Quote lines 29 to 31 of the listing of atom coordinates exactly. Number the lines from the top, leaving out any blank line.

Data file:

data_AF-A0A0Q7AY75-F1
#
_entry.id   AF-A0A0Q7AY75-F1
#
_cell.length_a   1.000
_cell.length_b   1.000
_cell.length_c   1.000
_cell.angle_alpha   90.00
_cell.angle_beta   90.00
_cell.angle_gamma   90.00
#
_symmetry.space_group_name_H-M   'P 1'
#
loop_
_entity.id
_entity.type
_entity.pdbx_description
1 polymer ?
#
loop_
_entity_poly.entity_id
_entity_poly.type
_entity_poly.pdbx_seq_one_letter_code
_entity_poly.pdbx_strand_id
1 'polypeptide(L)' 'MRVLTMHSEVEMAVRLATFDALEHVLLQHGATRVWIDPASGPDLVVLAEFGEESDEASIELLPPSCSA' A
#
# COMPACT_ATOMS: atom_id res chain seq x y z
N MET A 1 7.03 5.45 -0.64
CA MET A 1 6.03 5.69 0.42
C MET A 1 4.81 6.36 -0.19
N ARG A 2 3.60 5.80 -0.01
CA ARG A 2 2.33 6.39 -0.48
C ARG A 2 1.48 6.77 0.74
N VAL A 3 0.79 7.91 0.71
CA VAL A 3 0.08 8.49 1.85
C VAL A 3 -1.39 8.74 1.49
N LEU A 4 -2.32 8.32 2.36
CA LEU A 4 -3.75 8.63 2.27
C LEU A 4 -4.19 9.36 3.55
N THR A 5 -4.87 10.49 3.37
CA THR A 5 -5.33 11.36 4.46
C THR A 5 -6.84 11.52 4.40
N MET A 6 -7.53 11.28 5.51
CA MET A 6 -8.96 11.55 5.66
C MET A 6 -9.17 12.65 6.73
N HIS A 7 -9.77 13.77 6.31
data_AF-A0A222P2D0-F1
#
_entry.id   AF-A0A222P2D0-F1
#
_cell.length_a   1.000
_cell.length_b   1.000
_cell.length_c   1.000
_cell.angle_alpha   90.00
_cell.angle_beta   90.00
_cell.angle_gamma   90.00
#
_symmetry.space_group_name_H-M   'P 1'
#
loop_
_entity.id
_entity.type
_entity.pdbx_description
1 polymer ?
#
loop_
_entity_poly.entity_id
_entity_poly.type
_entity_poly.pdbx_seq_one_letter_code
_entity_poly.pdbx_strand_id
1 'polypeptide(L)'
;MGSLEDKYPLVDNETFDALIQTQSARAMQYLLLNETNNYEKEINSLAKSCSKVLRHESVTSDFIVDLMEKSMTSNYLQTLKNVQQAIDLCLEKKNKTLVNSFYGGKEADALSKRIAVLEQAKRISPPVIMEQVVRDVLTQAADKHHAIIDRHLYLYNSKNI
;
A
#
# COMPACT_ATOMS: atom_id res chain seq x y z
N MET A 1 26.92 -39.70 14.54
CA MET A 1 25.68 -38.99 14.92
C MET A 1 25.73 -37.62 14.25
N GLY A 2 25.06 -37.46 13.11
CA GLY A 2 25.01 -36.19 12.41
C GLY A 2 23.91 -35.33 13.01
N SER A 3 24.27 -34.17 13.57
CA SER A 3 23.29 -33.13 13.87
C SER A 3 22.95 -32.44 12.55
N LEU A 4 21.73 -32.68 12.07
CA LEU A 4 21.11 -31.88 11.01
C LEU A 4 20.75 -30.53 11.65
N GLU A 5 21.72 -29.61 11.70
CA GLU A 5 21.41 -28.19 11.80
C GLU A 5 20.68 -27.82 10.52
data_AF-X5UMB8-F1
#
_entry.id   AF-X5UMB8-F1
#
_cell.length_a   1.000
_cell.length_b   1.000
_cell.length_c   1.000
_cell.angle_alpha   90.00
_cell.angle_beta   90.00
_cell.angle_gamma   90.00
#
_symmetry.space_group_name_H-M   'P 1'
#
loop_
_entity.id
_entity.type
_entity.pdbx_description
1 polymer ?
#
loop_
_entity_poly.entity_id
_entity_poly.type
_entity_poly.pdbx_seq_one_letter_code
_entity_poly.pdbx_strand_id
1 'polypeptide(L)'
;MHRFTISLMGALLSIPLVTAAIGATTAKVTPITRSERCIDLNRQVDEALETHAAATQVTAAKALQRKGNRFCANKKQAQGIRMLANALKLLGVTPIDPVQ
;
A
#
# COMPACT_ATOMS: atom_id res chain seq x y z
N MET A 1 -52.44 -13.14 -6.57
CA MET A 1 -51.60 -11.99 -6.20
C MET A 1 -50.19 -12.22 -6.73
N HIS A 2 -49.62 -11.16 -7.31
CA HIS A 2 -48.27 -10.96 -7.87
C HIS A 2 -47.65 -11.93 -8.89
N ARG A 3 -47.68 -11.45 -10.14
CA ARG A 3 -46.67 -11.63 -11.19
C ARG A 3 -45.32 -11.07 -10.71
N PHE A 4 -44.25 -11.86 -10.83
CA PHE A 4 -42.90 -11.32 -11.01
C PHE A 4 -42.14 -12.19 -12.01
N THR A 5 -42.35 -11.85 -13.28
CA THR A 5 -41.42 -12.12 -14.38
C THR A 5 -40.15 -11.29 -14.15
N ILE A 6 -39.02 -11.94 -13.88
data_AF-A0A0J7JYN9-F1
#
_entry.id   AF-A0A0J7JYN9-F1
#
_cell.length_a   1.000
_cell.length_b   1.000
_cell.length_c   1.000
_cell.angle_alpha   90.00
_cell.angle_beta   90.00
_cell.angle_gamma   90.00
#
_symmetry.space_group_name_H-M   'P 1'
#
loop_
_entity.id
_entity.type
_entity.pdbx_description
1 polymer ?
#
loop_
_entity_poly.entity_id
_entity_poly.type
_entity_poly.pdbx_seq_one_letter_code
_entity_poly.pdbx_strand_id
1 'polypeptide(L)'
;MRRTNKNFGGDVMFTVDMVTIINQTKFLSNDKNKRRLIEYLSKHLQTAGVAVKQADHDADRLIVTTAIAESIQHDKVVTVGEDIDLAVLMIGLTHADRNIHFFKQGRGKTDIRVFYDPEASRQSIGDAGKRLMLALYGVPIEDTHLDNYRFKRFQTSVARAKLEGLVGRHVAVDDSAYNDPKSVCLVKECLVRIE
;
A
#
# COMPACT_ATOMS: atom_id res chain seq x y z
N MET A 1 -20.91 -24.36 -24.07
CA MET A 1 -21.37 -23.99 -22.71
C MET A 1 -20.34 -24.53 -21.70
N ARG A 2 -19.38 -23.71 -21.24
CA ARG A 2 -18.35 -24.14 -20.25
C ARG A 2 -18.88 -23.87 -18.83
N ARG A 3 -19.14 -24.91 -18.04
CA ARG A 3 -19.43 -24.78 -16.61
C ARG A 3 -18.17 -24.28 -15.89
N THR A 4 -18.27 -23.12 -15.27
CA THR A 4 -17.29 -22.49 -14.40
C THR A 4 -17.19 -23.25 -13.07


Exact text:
CA MET A 1 6.03 5.69 0.42
C MET A 1 4.81 6.36 -0.19
N ARG A 2 3.60 5.80 -0.01